One of the reasons Enbridge (NYSE:ENB) decided to merge with Spectra Energy Partners' (NYSE:SEP) parent company was the impressive asset portfolio and growth prospects of the subsidiary partnership. If there was anything that could prevent the company from realizing its potential, it was the ownership structure in place that made it harder to grow.
This past quarter, Spectra Energy Partners and Enbridge addressed that problem with a significant change to its ownership structure. So let's look at Spectra Energy Partners' most recent quarterly results, as well as what this change will mean for the company's future.
Spectra Energy Partners' results: The raw numbers
|Metric||Q4 2017||Q3 2017||Q4 2016|
|Operating revenue||($138 million)||$693 million||$663 million|
|EBITDA||($322 million)||$635 million||$474 million|
|Distributable cash flow||$332 million||$363 million||$271 million|
As has been the case with so many other companies this past quarter, Spectra's results were heavily skewed by the changes to the U.S. tax code. In Spectra's case, the company had to write down $854 million in its cost of services for its regulated assets and how it can charge for those assets. It was a non-cash charge, though, so it didn't affect operations or cash flow. If we take out that charge, Spectra's EBITDA for the quarter was $532 million.
Also, because of these special charges, it's harder to determine how this quarter stacks up against the prior quarters. Management noted that segment EBITDA for its U.S. natural gas transmission assets was higher on an ongoing basis compared with the previous year and that its distribution coverage ratio on an ongoing basis was 1.2, but that includes other adjustments on top of the asset writedowns and aren't the same as previously reported numbers.
Gonna be some changes made
In all, it was a rather routine quarter for the company. What wasn't routine, though, was the announcement during the fourth quarter that Spectra and Enbridge had agreed to change their ownership structure. According to the press release, Enbridge will exchange its general partnership shares and the incentive distribution rights that come with it for 172.5 million common units worth about $7.2 billion. With the completion of the deal, Enbridge will own 83% of Spectra's common units.
Enbridge and Spectra aren't the first to do this, as several parent companies have announced similar moves to exchange their general partner stakes for common units. The underlying theme for all of these moves has been to improve the cost of capital for the subsidiary partnerships. When master limited partnerships grow under the general partner/limited partner structure, the general partner gets a larger and larger cut of the quarterly distributable cash flow because of those incentive distribution rights.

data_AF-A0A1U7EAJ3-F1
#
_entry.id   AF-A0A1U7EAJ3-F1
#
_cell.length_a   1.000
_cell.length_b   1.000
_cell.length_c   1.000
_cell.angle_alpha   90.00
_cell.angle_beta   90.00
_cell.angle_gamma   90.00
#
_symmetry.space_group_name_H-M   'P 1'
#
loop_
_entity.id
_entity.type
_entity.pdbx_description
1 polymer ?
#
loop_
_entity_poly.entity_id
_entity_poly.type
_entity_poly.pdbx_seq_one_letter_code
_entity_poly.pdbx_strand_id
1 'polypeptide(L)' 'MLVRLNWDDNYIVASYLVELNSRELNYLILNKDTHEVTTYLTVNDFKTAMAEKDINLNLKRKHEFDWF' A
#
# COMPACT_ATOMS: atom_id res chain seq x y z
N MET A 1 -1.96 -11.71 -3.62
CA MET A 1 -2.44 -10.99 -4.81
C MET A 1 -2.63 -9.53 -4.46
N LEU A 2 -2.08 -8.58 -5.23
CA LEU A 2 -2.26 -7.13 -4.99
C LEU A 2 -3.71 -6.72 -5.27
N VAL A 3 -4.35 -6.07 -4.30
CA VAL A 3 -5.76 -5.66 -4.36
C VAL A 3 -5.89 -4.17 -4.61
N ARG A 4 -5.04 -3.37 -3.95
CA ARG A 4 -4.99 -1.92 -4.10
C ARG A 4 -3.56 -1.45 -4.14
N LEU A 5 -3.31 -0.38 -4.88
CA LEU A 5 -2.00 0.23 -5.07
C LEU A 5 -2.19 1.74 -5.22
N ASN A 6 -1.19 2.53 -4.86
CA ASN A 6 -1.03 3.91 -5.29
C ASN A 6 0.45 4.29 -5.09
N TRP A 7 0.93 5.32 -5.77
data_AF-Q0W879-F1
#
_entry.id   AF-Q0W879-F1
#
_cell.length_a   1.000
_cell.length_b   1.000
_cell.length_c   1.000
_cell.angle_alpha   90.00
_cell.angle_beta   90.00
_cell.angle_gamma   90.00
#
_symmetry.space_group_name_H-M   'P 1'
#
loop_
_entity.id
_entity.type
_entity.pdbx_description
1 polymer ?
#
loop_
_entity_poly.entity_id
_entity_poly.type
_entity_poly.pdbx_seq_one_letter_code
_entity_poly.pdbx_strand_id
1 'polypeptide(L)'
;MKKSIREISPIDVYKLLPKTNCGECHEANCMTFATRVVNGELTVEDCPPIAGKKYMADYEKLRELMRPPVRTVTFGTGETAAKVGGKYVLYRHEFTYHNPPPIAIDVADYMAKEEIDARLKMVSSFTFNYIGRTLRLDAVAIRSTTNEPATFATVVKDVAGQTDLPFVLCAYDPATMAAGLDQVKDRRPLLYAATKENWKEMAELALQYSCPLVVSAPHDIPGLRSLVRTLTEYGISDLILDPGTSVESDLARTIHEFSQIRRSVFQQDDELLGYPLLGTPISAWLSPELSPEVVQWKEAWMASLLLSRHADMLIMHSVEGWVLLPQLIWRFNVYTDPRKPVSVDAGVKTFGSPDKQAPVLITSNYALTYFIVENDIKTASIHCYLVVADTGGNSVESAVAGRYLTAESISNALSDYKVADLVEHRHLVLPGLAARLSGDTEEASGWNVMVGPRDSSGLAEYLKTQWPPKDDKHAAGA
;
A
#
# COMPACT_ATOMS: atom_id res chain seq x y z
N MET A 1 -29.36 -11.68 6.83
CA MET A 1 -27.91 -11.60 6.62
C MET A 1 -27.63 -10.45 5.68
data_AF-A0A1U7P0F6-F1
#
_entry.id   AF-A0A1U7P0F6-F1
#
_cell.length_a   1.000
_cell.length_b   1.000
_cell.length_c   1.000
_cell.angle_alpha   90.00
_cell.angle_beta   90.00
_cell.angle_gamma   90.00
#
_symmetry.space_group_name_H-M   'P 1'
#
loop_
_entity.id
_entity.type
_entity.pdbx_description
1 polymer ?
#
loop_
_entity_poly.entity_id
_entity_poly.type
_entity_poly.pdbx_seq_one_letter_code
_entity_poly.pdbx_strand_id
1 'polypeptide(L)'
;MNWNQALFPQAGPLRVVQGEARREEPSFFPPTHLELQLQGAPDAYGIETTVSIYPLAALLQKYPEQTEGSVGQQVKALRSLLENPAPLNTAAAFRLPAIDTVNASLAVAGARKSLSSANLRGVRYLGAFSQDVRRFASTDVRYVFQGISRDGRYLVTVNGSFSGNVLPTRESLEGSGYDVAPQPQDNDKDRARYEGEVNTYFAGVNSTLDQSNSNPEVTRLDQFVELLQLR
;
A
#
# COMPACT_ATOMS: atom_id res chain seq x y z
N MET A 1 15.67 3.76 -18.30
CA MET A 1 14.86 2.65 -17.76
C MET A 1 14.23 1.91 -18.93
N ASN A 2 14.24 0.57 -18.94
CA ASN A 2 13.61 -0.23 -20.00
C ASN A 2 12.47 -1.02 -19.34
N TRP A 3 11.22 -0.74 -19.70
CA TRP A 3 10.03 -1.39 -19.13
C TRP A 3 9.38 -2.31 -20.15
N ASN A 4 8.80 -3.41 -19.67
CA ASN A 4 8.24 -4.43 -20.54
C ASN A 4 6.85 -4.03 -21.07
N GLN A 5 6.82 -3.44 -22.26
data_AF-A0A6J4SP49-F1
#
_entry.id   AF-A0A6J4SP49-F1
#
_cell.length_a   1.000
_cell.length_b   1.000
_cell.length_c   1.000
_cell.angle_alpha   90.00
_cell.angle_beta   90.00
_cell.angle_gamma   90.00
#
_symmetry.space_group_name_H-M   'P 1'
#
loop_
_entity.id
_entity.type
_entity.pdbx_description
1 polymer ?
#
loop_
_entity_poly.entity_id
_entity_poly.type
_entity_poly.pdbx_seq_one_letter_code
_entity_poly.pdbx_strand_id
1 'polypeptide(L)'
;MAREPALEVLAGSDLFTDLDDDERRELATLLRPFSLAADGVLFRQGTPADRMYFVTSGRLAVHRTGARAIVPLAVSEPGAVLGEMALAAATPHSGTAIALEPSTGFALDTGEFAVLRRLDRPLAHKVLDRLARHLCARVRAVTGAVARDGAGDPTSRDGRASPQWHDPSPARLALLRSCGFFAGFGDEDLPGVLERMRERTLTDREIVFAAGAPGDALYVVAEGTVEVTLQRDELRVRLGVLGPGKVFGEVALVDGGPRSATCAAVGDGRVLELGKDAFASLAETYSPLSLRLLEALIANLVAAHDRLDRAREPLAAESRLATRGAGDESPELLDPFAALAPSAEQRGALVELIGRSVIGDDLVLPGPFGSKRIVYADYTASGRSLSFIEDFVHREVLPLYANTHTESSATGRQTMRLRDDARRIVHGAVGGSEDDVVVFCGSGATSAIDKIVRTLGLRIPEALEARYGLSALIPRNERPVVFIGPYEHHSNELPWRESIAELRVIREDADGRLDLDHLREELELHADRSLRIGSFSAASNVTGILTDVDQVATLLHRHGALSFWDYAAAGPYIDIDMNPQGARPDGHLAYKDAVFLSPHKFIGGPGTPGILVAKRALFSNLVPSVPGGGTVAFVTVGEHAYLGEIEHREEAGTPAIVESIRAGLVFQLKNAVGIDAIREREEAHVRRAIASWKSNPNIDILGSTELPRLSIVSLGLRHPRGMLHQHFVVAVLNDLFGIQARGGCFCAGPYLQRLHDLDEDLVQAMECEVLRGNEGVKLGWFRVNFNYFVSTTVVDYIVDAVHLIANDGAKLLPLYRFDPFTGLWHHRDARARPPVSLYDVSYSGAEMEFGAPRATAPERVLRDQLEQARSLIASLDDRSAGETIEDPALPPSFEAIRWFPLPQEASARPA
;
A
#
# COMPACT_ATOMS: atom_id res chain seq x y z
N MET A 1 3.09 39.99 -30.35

So when a company wants to raise capital by issuing shares, the cost of capital includes the distribution to the common unit and the cut for the incentive distribution right. By eliminating those rights, the cost of capital is lower and therefore it becomes easier to raise funds by issuing equity.
What management had to say
Here's Spectra President Bill Yardley's press release statement on the company's most recent quarterly result and the impact of the ownership change between Spectra and Enbridge.
Our 2017 results reinforce the strength and stability of our fee-based business model and exceptional asset footprint, which delivered strong operational performance and achieved top delivery days across our major U.S. pipelines over the recent winter period. We continue to create value for our investors now and into the future, as demonstrated by the recent announcement of our 41st consecutive quarterly distribution increase.
We also are pleased to have successfully completed the elimination of SEP's incentive distribution rights, which enhances SEP's long-term value proposition and better positions SEP for extended growth.
The writing was on the wall for this corporate change for quite some time. Management had previously hinted at the probability of making this kind of move, and it appears that many on Wall Street are rightfully pushing back on companies with this general partner/limited partner structure. With Enbridge now owning the same kind of shares as every other investor -- a lot of them -- it brings management's incentives more in line with its public investors.
Spectra has had an impressive track record of delivering distribution growth while maintaining financial discipline. With this corporate change, it should help the company maintain that track record further into the future.